guest written by Tracy Schutz
As probably many veteran educators do, I dream of the perfect school — the precise balance between properly aligned curriculum to meet the needs of every child, parents who are supportive and involved, and a faculty properly resourced and always eager to challenge and ask “what if…?”
So, what does The Utopian School (herein called U.S.) look like? I’ve arranged these rose-colored visions into the ABC’s of course. Naturally — how else would a teacher organize her thoughts?
Academics, Books, Curriculum — Oh my:
Ah, the thoughts of old social studies books come to mind. “Why do these books only show 13 stars on the flag, Ms. Teacher?” Ok, I’m exaggerating, I know! Our new U.S. will have all it desires to meet the needs of all students. Our academics are structured around students’ interests with ties to real life and are not cookie-cutter in design. (Think: online memberships for virtual fieldtrips, science experiments, nature walks, reading and writing cafés…) Textbooks will be available in multiple formats (online, audio, large print, etc.) and will also help students understand the value of the subject — not simply regurgitated information. Students in today’s society need a clear understanding of why their learning is important and how this will help them be successful in life. Students cannot compete as adults with explanations such as “because it’s in the curriculum.” Children are inquisitive by nature and need to know why.
Discipline, Families, Guidance — Yes, please:
The U.S. will discipline students swiftly, fairly, and without regard to academic standing, parent complaints, or special needs (not related to behavior). Discipline will also follow a strict matrix of increasing consequences so that students understand that their actions are not acceptable and it will not be tolerated. We all know that, as great as our administration may be, there are certain students who are catered to… (Think: the squeaky wheel gets the grease). Next up, parents will be REQUIRED to be involved in their child’s education. Consequences and fines shall be in place for those who repeatedly bring their students to school tardy, promote truancy, and those who generally skip out on any school-to-parent contacts. In addition, this U.S. will have guidance counselors who will, in fact, provide guidance. I don’t mean the occasional personal hygiene story, but true lessons about respect, the importance of an education, and proper school conduct.
Money, Omniscience, Politics — Take away the “ugh” factor:
The U.S. will have the foresight to see where the budget can flex and advocate dollars where necessary. Teacher supplies will flow from the district office like rain on a spring day. Politics will not be an issue since everyone is FOR the greater good of students’ and teachers’ needs. Those involved with the school board will have distinguished knowledge and a genuine interest in education and how the community can be further engaged — and not an interest in how to skim a buck or two at the cost of our students’ futures or how to further their campaign.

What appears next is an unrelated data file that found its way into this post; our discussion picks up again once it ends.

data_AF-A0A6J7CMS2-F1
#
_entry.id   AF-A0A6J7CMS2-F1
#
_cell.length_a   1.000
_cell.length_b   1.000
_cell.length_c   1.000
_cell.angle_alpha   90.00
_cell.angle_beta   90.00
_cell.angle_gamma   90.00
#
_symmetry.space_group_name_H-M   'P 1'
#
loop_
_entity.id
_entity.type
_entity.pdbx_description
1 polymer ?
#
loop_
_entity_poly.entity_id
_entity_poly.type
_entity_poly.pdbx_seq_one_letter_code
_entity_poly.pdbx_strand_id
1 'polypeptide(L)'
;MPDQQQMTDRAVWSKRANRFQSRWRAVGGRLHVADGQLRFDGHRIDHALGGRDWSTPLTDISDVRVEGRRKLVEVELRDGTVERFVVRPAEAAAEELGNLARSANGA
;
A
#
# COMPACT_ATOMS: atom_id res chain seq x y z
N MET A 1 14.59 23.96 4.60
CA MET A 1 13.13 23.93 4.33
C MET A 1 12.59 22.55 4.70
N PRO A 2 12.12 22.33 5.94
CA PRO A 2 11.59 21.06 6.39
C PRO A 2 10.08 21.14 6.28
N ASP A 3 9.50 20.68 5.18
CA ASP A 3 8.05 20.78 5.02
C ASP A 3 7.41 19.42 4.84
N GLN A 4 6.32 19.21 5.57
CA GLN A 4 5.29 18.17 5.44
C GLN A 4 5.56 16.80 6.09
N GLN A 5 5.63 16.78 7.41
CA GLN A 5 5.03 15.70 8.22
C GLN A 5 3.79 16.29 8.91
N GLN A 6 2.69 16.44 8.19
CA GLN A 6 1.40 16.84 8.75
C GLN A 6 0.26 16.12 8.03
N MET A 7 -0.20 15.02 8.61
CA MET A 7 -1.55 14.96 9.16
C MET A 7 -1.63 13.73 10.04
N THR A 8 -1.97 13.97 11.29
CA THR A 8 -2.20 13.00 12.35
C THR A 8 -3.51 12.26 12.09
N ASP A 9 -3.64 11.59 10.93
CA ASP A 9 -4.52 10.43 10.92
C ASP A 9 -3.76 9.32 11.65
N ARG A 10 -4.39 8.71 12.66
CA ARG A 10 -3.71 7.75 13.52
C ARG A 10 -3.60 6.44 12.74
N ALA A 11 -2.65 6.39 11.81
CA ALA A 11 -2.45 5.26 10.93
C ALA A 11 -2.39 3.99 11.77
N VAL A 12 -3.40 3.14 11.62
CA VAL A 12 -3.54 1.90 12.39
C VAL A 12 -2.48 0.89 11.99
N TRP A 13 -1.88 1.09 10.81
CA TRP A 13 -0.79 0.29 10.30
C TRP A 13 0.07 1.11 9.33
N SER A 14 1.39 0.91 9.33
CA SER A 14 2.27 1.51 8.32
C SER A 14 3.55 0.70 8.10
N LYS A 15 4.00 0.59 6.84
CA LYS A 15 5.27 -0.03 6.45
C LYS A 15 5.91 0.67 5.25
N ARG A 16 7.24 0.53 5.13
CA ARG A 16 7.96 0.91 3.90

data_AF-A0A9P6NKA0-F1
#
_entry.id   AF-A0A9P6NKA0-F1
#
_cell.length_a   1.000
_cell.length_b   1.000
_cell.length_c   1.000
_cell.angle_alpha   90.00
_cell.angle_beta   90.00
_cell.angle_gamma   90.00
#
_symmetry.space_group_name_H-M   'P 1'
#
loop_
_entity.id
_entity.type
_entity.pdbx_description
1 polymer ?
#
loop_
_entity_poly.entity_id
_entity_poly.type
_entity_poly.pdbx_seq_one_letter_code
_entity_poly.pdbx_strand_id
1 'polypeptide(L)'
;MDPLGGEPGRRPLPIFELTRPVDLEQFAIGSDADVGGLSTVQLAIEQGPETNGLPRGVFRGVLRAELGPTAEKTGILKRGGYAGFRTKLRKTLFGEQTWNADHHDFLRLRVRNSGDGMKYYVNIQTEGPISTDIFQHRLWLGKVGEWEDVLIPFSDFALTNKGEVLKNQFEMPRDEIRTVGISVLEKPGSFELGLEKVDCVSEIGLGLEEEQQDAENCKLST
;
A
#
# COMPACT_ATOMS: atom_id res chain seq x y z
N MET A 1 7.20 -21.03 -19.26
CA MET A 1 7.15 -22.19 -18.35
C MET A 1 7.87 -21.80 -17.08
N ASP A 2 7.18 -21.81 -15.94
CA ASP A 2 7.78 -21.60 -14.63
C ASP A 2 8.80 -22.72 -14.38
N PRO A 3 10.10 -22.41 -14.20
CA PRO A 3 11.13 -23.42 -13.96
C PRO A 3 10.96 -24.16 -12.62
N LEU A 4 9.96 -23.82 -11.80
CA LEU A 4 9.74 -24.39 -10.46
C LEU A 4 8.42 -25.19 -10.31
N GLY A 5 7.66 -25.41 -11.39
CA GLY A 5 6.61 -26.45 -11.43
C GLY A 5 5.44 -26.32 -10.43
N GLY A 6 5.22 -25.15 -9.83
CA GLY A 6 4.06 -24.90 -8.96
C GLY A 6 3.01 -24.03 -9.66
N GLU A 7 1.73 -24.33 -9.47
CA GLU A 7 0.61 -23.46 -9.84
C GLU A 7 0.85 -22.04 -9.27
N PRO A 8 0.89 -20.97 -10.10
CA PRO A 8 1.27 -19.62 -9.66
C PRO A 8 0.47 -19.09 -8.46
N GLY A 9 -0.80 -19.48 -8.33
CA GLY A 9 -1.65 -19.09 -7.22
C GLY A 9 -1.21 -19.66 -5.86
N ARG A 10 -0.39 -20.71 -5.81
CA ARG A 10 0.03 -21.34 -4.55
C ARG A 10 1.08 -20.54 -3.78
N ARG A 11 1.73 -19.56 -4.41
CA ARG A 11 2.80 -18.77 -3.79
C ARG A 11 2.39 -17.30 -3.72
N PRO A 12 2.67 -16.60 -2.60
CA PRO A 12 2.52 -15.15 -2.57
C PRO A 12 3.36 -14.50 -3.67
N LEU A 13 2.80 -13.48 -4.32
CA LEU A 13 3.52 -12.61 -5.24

Resources, Special education, Technology — Absolutely:
The U.S. will provide ample resources for parents, teachers, and students. Professional Development will be designed around teachers and administration working together to decide what is best for the school. Afterwards, there will be workshops and communication with parents about these new school trainings and initiatives. Special education students will be given access to support for continued success outside of school (Think: external academic support, coping strategies, behavior assessment and management tools, etc.) All students and teachers will have access to current technology, including student laptops, Smart Boards, smart phone app’s (Think: BYOD—“Bring Your Own Device” ), and other electronic devices that help engage students in the 21st century.
UDL, Virtual, Worldly — Yes, and this too:
The U.S. focuses on the individual student, yet with a global approach. Education at U.S. follows a Universal Design for Learning model (Think: one size does NOT fit all) and offers scaffolding and multiple levels of engagement along with online courses to better reach all learning styles. There is a worldly feel at U.S. to help students understand life on a global level and to help students grow up appreciating and understanding what living in America means.
Zeal — Can’t leave this out:
With all The Utopian School has to offer, of course all of our students, parents, and school staff have a passion and drive to challenge and say “What’s next?” The U.S. recognizes the need to strive for perfection in education to help our students become competing members in the world economy. Finally, U.S. educators know that mediocrity in American schools is not the answer and to consistently raise the bar in academics for our future’s sake.
About the author: Tracy Schutz is a veteran middle school educator currently transitioning from brick and mortar to online education and Social Media Management. She is passionate about at-risk and online students, ed technology, and Social Media. Chat with her here: http://dedication2education.com, Twitter, Facebook, or on LinkedIn.